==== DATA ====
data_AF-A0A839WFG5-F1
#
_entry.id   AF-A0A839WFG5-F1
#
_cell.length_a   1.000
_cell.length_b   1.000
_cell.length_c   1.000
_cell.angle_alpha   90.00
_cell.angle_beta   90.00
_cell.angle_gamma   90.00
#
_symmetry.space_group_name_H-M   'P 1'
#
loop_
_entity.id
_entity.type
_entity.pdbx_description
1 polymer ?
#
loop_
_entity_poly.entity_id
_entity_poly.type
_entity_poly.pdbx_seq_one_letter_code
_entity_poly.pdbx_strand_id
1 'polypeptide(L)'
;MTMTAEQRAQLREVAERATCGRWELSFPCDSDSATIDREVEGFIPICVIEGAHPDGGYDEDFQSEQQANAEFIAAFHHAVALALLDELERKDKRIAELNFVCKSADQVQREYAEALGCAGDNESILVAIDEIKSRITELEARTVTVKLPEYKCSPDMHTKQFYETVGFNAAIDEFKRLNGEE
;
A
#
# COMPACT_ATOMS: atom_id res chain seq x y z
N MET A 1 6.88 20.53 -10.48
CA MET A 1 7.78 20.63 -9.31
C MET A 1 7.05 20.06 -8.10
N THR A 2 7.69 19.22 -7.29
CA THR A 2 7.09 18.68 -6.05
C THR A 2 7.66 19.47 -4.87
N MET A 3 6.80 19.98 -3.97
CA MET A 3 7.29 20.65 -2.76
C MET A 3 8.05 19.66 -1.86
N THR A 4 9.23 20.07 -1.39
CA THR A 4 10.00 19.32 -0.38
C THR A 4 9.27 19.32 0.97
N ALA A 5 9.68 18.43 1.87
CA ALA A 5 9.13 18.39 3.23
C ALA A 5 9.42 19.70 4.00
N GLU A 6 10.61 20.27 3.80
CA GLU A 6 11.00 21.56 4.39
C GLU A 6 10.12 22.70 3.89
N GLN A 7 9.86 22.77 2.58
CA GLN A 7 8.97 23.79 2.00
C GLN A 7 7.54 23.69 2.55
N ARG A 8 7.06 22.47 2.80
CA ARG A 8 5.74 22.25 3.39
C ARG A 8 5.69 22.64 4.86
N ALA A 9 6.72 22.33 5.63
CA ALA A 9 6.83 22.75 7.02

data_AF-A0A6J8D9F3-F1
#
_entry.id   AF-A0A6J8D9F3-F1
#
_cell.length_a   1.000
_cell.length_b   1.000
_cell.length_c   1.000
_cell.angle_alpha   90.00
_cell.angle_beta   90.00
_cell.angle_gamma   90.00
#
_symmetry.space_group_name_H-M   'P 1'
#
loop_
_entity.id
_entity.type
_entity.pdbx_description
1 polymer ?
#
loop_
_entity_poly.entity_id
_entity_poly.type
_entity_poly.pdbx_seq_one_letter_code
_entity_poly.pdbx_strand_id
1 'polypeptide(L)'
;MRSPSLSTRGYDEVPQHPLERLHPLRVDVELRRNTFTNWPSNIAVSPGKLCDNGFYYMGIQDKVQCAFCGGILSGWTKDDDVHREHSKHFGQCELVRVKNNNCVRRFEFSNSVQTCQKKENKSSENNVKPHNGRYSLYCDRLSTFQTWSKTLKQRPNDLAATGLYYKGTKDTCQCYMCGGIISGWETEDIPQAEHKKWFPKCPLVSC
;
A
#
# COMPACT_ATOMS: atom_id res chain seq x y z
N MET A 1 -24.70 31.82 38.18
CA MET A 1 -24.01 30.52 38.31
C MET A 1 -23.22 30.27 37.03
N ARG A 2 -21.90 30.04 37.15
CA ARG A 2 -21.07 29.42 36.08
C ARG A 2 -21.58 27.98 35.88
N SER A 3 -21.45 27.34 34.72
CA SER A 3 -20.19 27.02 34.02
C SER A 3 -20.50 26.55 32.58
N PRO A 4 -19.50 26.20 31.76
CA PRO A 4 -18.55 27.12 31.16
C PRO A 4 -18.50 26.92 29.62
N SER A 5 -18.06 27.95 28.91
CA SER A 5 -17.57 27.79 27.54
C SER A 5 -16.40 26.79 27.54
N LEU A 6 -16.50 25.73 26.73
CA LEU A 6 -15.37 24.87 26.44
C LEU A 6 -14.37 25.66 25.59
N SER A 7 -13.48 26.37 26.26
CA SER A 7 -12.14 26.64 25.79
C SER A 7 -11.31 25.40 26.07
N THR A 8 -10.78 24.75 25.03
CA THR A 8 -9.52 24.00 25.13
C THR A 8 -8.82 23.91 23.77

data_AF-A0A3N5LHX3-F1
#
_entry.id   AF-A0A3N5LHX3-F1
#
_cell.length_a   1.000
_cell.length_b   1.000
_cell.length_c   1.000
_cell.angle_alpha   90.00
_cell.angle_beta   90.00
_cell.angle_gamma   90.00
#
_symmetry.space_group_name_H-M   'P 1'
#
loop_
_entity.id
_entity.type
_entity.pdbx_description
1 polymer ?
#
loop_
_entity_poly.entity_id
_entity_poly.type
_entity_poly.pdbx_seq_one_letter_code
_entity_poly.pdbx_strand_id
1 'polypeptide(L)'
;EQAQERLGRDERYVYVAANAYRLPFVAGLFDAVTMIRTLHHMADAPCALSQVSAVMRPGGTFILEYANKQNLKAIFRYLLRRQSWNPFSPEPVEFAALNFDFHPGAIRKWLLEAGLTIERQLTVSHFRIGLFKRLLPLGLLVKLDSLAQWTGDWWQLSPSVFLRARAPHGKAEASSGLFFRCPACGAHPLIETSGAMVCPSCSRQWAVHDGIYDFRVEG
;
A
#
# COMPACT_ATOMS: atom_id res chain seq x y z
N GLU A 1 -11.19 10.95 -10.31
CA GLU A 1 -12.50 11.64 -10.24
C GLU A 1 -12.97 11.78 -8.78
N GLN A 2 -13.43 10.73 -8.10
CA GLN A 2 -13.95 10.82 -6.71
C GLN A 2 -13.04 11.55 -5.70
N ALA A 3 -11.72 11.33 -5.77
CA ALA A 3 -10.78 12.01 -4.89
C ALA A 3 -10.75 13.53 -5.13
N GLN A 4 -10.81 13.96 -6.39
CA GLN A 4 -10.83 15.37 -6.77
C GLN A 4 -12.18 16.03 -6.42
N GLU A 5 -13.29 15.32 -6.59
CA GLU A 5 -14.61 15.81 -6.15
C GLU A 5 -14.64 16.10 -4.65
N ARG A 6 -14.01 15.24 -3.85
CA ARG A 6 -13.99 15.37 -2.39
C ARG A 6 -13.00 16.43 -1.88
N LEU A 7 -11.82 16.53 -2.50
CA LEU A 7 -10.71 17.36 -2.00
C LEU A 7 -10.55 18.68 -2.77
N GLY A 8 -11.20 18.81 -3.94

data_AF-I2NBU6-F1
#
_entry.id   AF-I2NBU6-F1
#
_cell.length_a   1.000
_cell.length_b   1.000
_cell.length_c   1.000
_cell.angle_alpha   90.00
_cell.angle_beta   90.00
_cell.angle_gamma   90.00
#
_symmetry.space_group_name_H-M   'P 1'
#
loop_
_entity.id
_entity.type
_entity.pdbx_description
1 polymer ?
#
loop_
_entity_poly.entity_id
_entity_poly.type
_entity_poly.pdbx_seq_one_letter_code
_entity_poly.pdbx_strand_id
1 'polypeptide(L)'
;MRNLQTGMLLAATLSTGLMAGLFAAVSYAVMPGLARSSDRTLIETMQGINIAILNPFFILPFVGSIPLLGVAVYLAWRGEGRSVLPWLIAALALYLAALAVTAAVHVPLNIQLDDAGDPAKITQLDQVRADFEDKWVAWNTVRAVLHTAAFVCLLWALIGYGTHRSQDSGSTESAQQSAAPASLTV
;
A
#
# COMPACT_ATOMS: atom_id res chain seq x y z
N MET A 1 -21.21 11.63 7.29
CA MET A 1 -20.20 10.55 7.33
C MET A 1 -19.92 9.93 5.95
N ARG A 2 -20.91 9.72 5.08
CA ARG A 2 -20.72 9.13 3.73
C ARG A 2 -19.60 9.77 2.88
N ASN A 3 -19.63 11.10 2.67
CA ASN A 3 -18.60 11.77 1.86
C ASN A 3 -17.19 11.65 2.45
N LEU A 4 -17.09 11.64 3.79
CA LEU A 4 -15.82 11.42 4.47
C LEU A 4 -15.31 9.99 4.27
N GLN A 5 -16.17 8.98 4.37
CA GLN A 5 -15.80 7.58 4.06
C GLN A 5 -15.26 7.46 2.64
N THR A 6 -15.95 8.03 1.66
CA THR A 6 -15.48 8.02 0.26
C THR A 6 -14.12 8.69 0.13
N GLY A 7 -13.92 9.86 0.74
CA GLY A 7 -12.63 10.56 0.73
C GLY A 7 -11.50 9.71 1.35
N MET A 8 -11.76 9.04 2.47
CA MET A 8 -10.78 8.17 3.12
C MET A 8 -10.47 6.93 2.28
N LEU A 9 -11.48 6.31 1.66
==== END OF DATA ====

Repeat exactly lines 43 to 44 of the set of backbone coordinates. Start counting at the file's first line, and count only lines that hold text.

N ALA A 5 9.68 18.43 1.87
CA ALA A 5 9.13 18.39 3.23